Leadership is cautiously defined by McShane as the process of influencing people and providing an environment for them to achieve team or organization objectives. Effective leaders can help individuals or teams define their goals and identify ways to achieve them. Effective leaders also create conditions that enable others to realize their potential in the workplace. (McShane, 2002). Leadership styles will influence the effectiveness of the change management process by recognizing and varying the style with the specific situation.
The identification of when to give directions, times to empathize, times to use stretch goals, and times to involve subordinates in decision making will influence the effectiveness of the change management process under the guidance of specific leader. The Directive leadership style or task-oriented leadership is effective when clarification of performance goals, the means to reach the goals, and identification of the standards used to judge reaching the goals is needed by the organization undergoing the change.
The Supportive leadership style is effective when the need is for a leader that is understanding, approachable, friendly, and is able to guide the employees involved in organizational change through stressful situations while treating them with equal respect and showing concerns for their needs and well-being. The Participative leadership style is effective when employees undergoing change are motivated by involvement with the decisions beyond their normal work activities.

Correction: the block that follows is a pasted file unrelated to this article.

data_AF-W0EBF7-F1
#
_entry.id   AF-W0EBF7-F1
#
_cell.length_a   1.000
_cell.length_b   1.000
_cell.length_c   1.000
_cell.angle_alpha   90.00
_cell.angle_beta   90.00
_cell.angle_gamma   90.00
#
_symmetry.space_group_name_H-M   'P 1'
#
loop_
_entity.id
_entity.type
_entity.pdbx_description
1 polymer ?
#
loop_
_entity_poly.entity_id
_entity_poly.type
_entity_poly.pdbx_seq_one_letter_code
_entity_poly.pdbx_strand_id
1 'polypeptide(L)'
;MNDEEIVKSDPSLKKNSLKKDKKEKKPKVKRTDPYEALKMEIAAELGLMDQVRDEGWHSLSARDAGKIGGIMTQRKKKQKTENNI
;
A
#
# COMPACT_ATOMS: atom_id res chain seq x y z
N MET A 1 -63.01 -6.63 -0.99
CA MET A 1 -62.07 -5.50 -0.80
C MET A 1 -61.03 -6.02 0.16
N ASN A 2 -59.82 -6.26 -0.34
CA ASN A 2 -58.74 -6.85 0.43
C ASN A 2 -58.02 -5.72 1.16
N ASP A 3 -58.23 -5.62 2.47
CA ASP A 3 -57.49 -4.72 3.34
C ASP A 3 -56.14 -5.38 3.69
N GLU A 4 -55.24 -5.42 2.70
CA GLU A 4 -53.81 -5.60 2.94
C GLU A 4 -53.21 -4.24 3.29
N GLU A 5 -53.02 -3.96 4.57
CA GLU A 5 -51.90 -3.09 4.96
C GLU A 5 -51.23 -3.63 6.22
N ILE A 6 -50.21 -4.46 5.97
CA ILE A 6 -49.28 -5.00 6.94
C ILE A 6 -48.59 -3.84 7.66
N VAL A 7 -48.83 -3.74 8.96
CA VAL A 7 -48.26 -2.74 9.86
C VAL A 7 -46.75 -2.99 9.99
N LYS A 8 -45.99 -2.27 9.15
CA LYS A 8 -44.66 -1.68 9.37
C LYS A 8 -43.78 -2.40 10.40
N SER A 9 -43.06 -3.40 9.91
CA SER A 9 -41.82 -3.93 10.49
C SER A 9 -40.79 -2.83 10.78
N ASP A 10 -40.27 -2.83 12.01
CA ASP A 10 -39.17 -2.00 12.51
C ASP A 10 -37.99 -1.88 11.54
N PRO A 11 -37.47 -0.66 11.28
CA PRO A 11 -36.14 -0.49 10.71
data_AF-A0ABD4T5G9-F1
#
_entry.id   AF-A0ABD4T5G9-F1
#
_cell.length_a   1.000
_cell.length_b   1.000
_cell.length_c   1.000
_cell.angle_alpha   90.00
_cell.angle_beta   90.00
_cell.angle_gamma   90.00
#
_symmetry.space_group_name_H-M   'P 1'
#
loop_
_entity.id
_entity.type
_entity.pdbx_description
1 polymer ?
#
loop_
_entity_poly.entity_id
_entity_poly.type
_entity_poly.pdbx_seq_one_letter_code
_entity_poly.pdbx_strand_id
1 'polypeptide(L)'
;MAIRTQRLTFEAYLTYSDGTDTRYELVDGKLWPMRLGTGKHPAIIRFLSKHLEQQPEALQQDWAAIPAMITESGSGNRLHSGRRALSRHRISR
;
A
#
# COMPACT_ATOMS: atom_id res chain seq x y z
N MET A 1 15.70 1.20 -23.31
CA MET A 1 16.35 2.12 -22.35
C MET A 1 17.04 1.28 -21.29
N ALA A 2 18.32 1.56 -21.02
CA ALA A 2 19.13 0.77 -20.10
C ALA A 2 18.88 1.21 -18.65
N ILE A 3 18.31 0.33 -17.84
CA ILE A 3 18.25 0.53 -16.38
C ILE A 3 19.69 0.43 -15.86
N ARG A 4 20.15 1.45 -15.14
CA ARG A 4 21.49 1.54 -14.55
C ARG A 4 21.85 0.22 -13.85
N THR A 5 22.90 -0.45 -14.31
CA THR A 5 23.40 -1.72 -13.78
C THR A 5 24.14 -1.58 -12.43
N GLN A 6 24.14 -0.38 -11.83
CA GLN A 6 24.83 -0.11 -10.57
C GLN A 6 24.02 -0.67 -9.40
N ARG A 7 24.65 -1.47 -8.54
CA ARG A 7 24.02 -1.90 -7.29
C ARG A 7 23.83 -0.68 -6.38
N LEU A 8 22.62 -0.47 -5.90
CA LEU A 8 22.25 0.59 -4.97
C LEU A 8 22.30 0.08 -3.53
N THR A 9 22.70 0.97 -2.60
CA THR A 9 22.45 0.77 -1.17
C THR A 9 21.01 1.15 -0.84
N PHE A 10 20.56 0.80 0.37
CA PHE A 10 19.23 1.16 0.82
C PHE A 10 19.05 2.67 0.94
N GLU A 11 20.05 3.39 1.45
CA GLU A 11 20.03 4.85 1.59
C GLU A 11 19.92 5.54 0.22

The Achievement-oriented leadership style is effective when employees are motivated by encouragement to reach their peak performance and the leader shows a high degree of confidence in their ability to set and achieve change goals. Task structure, team dynamics, employee skill and experience, and locus of control are contingencies that will impact the effectiveness of the leaders impact on the change management process. (McShane, 2002).
Simulation Results and Organizational Impact Execution of the simulation multiple times clarified the importance of managing the intervention process by unfreezing the current conditions, implementing change, and re-freezing the process to allow stabilization. The simulation also yielded the results that implementation of multiple leadership styles can actually produce very similar results. The first step of the strategy was to select an action plan for implementation.
Selection of the plan that focused on widening span of control, delegating decision making responsibilities to team leaders, delegating apprasial responsibilities to team leaders, and setting up process groups in combination with evaluating the employee’s competencies and skills, analyzing the work processes and performing process re-engineering, redefining roles and tasks, and nominating a team of senior managers to address concerns yielded results where the employees requesting pay increases as they were being approached by competition attempting to acquire their skills.
When an implementation of a plan that focused on identifying key technologies like project management automation software, promoting employee technology forums, and implementing industry benchmarks and certification was combined with the same the same actions of evaluating employee’s competencies and skills, analyzing the work processes and performing process re-engineering, redefining roles and tasks, and nominating a team of senior managers to address concerns; the change process yielded results where the employees were more satisfied and the issue of losing expensive talent to the competetion was not a primary issue.
There was still the need to mix this solution with restructuring of the teams to benefit from the recent skill set retooling of the employees.